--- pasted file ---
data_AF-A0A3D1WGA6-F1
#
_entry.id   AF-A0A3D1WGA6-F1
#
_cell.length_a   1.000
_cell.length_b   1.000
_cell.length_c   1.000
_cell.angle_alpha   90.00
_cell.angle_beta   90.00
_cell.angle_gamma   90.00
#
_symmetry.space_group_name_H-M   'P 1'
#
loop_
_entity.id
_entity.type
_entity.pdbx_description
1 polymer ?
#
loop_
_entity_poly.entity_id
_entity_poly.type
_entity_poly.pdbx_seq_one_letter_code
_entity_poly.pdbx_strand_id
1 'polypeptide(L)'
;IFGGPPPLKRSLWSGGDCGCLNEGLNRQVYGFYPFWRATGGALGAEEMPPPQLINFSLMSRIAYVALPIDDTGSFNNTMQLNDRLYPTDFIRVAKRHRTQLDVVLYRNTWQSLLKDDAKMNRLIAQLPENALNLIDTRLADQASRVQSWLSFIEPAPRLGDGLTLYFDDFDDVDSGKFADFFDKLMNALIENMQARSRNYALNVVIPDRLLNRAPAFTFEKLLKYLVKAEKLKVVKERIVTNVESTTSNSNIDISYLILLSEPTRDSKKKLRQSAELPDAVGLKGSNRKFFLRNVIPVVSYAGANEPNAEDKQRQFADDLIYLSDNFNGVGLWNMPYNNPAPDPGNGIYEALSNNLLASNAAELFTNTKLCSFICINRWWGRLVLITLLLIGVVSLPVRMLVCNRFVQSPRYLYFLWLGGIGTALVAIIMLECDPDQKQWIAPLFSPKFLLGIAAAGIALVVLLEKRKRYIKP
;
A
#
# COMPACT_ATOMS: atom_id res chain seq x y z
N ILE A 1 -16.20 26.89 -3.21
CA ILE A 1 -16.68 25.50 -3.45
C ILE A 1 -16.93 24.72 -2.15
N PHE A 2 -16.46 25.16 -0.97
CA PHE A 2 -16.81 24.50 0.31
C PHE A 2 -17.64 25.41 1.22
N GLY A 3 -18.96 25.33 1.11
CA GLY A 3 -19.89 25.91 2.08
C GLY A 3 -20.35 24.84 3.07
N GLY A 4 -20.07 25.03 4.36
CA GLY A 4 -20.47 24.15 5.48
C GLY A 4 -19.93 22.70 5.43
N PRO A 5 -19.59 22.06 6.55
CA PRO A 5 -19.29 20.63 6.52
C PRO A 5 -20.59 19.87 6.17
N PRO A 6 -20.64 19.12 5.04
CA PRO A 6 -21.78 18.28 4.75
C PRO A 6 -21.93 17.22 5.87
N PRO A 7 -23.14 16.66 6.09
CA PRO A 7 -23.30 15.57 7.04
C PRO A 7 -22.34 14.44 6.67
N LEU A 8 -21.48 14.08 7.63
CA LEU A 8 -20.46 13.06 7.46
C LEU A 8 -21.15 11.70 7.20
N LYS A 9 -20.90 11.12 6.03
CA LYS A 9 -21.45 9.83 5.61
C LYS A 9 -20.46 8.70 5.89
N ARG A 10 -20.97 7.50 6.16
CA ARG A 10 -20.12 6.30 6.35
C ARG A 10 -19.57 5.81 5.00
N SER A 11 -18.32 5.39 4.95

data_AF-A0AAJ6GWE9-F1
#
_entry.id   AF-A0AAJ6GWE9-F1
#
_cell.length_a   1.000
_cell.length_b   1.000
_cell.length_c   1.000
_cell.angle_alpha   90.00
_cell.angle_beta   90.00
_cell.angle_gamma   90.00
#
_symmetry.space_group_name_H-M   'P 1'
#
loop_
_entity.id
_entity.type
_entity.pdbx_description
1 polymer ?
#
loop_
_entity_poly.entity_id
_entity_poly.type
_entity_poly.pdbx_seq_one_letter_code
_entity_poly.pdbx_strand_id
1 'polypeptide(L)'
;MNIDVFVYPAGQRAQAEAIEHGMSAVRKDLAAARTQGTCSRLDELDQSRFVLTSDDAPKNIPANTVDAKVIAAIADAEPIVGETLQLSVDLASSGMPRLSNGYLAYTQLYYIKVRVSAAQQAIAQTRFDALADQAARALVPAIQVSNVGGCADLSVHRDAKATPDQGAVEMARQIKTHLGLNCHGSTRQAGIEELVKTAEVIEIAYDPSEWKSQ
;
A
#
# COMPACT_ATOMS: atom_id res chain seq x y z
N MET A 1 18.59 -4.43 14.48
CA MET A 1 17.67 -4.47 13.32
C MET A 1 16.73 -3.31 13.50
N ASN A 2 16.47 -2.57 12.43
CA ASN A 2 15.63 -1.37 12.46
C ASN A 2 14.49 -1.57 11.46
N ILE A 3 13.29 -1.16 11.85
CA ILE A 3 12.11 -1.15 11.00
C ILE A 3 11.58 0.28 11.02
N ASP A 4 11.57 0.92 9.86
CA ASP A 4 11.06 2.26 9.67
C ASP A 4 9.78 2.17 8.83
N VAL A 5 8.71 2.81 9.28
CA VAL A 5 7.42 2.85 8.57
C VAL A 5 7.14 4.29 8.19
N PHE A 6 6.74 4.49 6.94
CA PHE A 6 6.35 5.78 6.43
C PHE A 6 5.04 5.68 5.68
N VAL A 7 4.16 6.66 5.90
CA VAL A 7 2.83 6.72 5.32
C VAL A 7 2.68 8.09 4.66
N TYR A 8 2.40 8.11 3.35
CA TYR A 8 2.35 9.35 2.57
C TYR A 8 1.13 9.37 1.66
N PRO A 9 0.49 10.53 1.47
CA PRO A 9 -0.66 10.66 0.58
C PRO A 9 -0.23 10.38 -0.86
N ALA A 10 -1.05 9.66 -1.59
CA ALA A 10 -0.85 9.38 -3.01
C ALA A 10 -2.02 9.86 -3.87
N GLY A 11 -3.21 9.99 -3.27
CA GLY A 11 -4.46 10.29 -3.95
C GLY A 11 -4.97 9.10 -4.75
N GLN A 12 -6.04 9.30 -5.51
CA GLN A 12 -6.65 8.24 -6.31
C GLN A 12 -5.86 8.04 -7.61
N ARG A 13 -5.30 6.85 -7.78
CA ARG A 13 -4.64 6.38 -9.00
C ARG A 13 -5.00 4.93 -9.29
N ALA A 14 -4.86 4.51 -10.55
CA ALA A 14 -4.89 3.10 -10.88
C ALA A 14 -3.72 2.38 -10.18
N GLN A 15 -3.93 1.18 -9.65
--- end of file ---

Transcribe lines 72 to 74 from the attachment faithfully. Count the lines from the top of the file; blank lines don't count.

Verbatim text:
#
_symmetry.space_group_name_H-M   'P 1'
#